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  1 - 6 of 10 answer(s)
 

Plants in Rocky area that is shaded by trees

Could you suggest to me plants/shrubs that would grow in a rocky area that is shaded by trees, plants that spread and don't need a lot of maintances, have already put in heathers and no joy, soil not great in it...would appreciate a few suggestions. fanny, Ballymahon, Co Longford Posted: 28/04/2016


Try daphne, ruscus and sarcococca...shrubs.... and ferns, epimedium and London pride ...flowers.

 

New to Gardening

I would like to create an area on my lawn which is awkward to mow. It is at the entrance to our driveway. The wall is curved and there would be some shade. I would like something that would not require too much work but would like a bit of colour also and some year round plants. Ronny2014, Aughrim, Co Wicklow Posted: 07/07/2015

Kill off the grass by covering with black polythene or use Roundup.

Use a mix of shrubs, perennial flowers and bulbs.

Vist a few garden centres at different seasons and choose plants that you like and that suit the soil and situation.

 

 

 

circular flower bed in lawn

I have recently made a raised circular bed in my lawn approx 15 ft in diameter. nothing has been planted yet. i am thinking of something evergreen, that will look good even in winter. the soil here is heavy clay.what wound i put in the middle of the bed. dont want shrubs that will take over. any suggestions?. tipptom, , Co Tipperary Posted: 06/07/2015


Use a combination of a few shrubs, perennial flowers and bulbs.
 
Shrubs will give structure year round. Perennial flowers will give summer colour and bulbs for spring.
 
Raise the soil in a mound and dig in compost or coarse sand to open the soil.
 
Then visit a few garden centres about 4 or 5 times and pick out different plants that you like for different seasons.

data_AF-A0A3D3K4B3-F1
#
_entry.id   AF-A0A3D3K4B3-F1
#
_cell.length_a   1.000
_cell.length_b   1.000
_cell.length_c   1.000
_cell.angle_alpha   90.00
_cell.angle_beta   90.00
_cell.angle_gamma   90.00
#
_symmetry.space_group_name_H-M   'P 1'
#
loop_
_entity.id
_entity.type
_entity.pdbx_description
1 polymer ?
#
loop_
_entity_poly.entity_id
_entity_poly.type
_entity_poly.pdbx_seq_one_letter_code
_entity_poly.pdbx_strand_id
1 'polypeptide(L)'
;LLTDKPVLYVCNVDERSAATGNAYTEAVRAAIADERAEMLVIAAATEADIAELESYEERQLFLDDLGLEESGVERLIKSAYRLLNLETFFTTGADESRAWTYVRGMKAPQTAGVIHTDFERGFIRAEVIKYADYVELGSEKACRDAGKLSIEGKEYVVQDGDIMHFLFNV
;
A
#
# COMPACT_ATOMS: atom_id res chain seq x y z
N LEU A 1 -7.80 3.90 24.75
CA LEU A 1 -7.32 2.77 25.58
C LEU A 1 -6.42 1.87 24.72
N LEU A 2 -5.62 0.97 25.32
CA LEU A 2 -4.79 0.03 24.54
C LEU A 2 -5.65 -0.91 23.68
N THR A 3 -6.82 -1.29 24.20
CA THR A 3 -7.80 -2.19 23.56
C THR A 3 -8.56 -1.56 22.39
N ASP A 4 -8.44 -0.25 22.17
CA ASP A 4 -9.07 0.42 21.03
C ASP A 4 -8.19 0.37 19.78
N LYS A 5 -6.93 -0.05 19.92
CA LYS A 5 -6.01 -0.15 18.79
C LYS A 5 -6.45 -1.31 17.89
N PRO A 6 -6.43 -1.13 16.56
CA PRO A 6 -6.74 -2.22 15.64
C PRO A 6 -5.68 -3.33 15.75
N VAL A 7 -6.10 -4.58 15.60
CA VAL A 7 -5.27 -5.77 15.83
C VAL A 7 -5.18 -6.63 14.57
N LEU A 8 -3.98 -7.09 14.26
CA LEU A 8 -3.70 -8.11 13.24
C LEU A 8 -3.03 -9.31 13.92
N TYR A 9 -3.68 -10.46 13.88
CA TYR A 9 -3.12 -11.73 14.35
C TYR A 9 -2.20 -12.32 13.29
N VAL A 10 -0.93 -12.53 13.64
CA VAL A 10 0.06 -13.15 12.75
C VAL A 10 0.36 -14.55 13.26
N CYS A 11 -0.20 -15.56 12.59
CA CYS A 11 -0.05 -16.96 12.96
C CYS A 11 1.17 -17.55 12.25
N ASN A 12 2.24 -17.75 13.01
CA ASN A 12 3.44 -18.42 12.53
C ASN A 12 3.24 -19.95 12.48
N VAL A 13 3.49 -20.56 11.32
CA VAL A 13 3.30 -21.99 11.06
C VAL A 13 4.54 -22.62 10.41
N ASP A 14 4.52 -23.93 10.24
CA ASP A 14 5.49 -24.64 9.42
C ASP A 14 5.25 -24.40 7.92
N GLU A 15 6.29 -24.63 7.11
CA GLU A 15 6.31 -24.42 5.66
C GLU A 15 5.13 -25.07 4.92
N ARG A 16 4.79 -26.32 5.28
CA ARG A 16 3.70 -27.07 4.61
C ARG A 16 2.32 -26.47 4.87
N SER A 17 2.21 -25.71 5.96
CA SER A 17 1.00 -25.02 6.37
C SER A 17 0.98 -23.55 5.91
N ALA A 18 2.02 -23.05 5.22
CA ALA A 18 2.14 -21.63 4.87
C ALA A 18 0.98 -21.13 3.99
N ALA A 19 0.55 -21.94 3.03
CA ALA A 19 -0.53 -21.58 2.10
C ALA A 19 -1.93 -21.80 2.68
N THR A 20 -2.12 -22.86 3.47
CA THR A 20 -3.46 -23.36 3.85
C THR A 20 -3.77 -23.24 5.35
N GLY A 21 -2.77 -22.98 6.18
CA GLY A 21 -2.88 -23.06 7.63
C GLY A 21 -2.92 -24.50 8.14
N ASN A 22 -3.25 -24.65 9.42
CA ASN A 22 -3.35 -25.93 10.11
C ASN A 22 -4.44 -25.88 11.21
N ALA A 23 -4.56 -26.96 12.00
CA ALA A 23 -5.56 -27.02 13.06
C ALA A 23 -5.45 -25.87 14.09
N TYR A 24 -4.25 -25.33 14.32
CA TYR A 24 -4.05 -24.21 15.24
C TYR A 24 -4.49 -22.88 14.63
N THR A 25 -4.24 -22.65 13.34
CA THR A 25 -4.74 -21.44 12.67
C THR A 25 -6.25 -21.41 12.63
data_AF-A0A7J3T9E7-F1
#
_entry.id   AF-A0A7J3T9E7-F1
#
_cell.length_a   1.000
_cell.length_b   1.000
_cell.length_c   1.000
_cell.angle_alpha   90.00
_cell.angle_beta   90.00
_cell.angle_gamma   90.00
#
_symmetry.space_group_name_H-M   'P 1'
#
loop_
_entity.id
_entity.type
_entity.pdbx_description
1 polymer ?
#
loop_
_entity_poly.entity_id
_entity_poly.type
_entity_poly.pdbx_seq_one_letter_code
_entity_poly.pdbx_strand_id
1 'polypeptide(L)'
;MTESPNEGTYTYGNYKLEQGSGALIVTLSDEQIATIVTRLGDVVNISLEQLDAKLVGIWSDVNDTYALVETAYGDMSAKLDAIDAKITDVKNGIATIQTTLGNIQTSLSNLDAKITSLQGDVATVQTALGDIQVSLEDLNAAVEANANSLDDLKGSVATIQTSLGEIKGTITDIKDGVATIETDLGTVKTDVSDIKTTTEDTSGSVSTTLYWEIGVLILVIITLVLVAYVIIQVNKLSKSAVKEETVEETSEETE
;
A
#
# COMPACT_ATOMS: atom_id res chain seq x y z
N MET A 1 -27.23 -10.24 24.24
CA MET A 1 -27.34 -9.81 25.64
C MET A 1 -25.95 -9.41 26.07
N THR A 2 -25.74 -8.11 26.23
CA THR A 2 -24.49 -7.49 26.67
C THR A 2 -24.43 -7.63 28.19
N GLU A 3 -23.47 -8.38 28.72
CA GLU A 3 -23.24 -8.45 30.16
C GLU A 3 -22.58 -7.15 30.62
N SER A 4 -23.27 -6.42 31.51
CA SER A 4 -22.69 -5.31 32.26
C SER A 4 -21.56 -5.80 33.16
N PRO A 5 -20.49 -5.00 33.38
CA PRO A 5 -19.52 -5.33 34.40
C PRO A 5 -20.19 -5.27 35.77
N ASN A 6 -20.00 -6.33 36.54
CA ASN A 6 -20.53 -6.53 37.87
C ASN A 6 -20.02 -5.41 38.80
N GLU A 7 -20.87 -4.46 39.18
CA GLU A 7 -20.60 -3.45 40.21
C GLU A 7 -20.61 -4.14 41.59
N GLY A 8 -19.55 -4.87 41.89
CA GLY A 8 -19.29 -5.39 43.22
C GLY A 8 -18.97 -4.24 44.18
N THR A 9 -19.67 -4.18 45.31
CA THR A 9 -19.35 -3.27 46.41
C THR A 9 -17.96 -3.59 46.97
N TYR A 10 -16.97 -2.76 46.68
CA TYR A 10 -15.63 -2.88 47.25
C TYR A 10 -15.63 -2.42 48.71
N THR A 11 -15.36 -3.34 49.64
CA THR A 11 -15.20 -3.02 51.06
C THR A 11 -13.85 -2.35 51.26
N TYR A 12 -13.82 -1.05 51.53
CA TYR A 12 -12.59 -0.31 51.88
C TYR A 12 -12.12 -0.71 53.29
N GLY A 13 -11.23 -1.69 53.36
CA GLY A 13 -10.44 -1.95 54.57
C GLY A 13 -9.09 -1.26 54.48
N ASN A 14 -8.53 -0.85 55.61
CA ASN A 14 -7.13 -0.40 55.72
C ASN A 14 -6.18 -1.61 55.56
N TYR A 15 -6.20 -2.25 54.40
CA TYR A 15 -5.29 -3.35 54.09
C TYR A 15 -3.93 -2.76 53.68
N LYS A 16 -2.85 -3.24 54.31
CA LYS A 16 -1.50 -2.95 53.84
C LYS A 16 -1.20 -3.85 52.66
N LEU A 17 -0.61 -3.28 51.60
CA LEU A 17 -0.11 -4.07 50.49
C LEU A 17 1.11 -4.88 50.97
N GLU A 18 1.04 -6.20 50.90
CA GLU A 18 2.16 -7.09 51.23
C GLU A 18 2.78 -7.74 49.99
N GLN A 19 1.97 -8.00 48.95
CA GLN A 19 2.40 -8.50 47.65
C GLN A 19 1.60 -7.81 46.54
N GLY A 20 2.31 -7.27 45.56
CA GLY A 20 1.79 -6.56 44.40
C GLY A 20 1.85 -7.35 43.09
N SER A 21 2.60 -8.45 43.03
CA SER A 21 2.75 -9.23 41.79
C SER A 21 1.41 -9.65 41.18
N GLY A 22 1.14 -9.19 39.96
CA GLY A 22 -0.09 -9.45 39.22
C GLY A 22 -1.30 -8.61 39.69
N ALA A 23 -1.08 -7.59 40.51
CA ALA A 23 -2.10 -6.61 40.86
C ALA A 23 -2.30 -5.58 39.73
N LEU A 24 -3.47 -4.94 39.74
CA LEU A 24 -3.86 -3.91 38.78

preparing a bed(s) from scratch

a lot of the garden is covered with grass, as high as 3 foot. I think I get the strimmer & cut the grass to the butt. Do I then take the top layer off before rotavating the soil or do I just start rotavating? Can I start now in the summer? I have help now that the lads are home from college. I won't have it after August and I can't manage it myself. I want to sow foxgloves and lupins to start with & then create another bed for roses & peonies. I have a lot of perennials in tubs & it seems a waste to let the garden go to seed so to speak when the ground could be utilised much better. There is a lot of garden gone to seed (best part of an acre) with trees (mostly apple) dotted around. henlen, , Co Kildare Posted: 03/07/2015


Cut the tall grass down and take it away to the compost heap.
 
Cover the soil in the area with black polythene until the weeds are dead and then plant into the ground. There is no need to rotovate.
 
 Or use Roundup to do the same thing, waiting 2 weeks to ensure all grass is dead. Again, plant directy into the dead sod.
 

  ideas for small bed
 

ideas for small bed

Please see picture attached,this bed to the left of the path on the way up to our patio is approx 4 yards x 3 yards and contains clay. Could you suggest what low growing low maintenance plants we could plant here that would be suitable in clay and would not grow too high that would block our view from the kitchen window. Perhaps we need to wait until autumn to plant or perhaps we need to change from clay to other soil? Amers, clane, Co Kildare Posted: 18/05/2015

Mix in some compost to open up the clay soil. Choose a couple of hardy shrubs such as potentilla and hypericum, and a broad-leaved evergreen like laurustinus, which don't get too tall and can be pruned. Then choose some perennials such as hosta, astilbe, astrantia, candlebra primula, bergenia, trollius and Siberian iris. 

 

plants suitable for a small barked area?

We have a small barked area in our front garden which gets the sun (when it shines!). Could you advise me what plants would be suitable for this area which would flower through the autumn/winter? We are looking for low maintenance as we dont have 'green fingers'! Elaine28, Glasnevin, Co Dublin Posted: 29/08/2011

 

The plants required depend on the area available and their eventual size, and your preferences.

If you go to our Plant finder, and search accordign to type, colour and season, you will find lots of suggestions:  http://www.garden.ie/plantdirectory.aspx

and also to our Garden design section: http://www.garden.ie/gardendesign.aspx?id=416

Vist the garden centres a few times during the year and buy some plants in season, and they will show again in the same season in future years. 

 

 

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